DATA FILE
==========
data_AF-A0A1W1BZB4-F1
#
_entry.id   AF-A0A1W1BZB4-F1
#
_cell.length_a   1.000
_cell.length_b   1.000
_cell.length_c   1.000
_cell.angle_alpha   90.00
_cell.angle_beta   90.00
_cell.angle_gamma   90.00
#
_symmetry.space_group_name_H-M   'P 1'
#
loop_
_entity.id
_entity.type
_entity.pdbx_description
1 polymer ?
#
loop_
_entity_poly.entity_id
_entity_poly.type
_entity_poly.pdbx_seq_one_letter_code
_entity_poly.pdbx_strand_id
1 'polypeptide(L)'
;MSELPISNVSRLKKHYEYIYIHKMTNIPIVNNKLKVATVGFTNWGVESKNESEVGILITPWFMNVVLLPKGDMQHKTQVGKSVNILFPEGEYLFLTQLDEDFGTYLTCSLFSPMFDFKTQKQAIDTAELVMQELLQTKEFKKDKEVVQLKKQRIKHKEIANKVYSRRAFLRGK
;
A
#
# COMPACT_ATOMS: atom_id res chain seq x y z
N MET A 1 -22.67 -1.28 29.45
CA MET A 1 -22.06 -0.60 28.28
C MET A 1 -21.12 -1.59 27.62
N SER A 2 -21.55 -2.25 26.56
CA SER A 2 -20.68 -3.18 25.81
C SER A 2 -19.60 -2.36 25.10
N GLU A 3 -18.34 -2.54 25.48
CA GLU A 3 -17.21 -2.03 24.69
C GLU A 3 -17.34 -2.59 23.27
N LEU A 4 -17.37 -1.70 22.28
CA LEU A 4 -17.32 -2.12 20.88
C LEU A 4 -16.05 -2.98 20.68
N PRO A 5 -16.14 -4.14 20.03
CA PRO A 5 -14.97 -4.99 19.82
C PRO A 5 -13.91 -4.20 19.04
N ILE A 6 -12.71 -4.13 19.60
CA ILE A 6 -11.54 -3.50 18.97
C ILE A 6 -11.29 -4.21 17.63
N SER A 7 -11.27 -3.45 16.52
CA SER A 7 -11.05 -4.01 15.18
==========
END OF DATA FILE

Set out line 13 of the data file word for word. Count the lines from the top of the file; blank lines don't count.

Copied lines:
#